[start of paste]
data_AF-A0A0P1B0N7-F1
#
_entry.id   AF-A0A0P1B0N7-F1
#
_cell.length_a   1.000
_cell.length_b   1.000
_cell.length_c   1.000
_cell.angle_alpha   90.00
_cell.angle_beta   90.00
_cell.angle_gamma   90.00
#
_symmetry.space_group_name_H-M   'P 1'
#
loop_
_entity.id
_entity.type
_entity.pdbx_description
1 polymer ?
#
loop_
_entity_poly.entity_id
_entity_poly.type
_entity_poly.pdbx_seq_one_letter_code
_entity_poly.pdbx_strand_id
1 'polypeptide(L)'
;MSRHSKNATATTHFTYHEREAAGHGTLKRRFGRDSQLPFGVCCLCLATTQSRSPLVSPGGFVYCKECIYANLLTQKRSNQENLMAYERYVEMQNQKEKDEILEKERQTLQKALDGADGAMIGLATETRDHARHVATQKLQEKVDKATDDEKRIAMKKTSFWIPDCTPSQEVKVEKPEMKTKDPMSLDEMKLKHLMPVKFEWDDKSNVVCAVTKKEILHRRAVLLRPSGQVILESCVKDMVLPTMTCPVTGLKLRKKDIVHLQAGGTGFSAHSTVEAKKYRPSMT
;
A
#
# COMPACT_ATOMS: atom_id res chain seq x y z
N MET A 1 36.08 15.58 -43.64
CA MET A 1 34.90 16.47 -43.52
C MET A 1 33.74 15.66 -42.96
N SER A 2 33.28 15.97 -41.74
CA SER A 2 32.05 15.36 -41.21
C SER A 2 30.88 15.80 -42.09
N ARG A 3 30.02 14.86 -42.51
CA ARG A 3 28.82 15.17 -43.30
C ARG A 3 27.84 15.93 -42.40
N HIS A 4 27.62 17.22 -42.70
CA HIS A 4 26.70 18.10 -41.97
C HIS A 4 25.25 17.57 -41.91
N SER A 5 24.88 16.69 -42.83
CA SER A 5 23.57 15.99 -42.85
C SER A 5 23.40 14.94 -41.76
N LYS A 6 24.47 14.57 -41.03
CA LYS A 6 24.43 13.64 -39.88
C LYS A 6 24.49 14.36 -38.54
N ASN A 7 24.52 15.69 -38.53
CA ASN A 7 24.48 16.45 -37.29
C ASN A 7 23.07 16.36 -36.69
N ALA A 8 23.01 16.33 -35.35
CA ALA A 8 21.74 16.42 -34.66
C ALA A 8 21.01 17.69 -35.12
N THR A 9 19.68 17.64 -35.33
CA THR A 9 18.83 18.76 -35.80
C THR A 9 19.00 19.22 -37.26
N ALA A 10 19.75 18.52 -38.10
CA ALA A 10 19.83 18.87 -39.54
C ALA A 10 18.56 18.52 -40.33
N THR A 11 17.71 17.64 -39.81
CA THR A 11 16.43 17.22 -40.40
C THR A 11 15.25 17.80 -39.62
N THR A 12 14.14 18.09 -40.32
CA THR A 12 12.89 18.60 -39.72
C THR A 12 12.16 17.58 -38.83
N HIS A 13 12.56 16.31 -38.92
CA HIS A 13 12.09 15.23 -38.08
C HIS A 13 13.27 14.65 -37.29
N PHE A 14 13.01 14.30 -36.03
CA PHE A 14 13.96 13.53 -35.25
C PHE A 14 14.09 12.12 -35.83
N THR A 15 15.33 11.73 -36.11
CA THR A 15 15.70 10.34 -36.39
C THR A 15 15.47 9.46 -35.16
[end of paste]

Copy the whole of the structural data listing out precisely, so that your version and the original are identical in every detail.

data_AF-A0A0P1B0N7-F1
#
_entry.id   AF-A0A0P1B0N7-F1
#
_cell.length_a   1.000
_cell.length_b   1.000
_cell.length_c   1.000
_cell.angle_alpha   90.00
_cell.angle_beta   90.00
_cell.angle_gamma   90.00
#
_symmetry.space_group_name_H-M   'P 1'
#
loop_
_entity.id
_entity.type
_entity.pdbx_description
1 polymer ?
#
loop_
_entity_poly.entity_id
_entity_poly.type
_entity_poly.pdbx_seq_one_letter_code
_entity_poly.pdbx_strand_id
1 'polypeptide(L)'
;MSRHSKNATATTHFTYHEREAAGHGTLKRRFGRDSQLPFGVCCLCLATTQSRSPLVSPGGFVYCKECIYANLLTQKRSNQENLMAYERYVEMQNQKEKDEILEKERQTLQKALDGADGAMIGLATETRDHARHVATQKLQEKVDKATDDEKRIAMKKTSFWIPDCTPSQEVKVEKPEMKTKDPMSLDEMKLKHLMPVKFEWDDKSNVVCAVTKKEILHRRAVLLRPSGQVILESCVKDMVLPTMTCPVTGLKLRKKDIVHLQAGGTGFSAHSTVEAKKYRPSMT
;
A
#
# COMPACT_ATOMS: atom_id res chain seq x y z
N MET A 1 36.08 15.58 -43.64
CA MET A 1 34.90 16.47 -43.52
C MET A 1 33.74 15.66 -42.96
N SER A 2 33.28 15.97 -41.74
CA SER A 2 32.05 15.36 -41.21
C SER A 2 30.88 15.80 -42.09
N ARG A 3 30.02 14.86 -42.51
CA ARG A 3 28.82 15.17 -43.30
C ARG A 3 27.84 15.93 -42.40
N HIS A 4 27.62 17.22 -42.70
CA HIS A 4 26.70 18.10 -41.97
C HIS A 4 25.25 17.57 -41.91
N SER A 5 24.88 16.69 -42.83
CA SER A 5 23.57 15.99 -42.85
C SER A 5 23.40 14.94 -41.76
N LYS A 6 24.47 14.57 -41.03
CA LYS A 6 24.43 13.64 -39.88
C LYS A 6 24.49 14.36 -38.54
N ASN A 7 24.52 15.69 -38.53
CA ASN A 7 24.48 16.45 -37.29
C ASN A 7 23.07 16.36 -36.69
N ALA A 8 23.01 16.33 -35.35
CA ALA A 8 21.74 16.42 -34.66
C ALA A 8 21.01 17.69 -35.12
N THR A 9 19.68 17.64 -35.33
CA THR A 9 18.83 18.76 -35.80
C THR A 9 19.00 19.22 -37.26
N ALA A 10 19.75 18.52 -38.10
CA ALA A 10 19.83 18.87 -39.54
C ALA A 10 18.56 18.52 -40.33
N THR A 11 17.71 17.64 -39.81
CA THR A 11 16.43 17.22 -40.40
C THR A 11 15.25 17.80 -39.62
N THR A 12 14.14 18.09 -40.32
CA THR A 12 12.89 18.60 -39.72
C THR A 12 12.16 17.58 -38.83
N HIS A 13 12.56 16.31 -38.92
CA HIS A 13 12.09 15.23 -38.08
C HIS A 13 13.27 14.65 -37.29
N PHE A 14 13.01 14.30 -36.03
CA PHE A 14 13.96 13.53 -35.25
C PHE A 14 14.09 12.12 -35.83
N THR A 15 15.33 11.73 -36.11
CA THR A 15 15.70 10.34 -36.39
C THR A 15 15.47 9.46 -35.16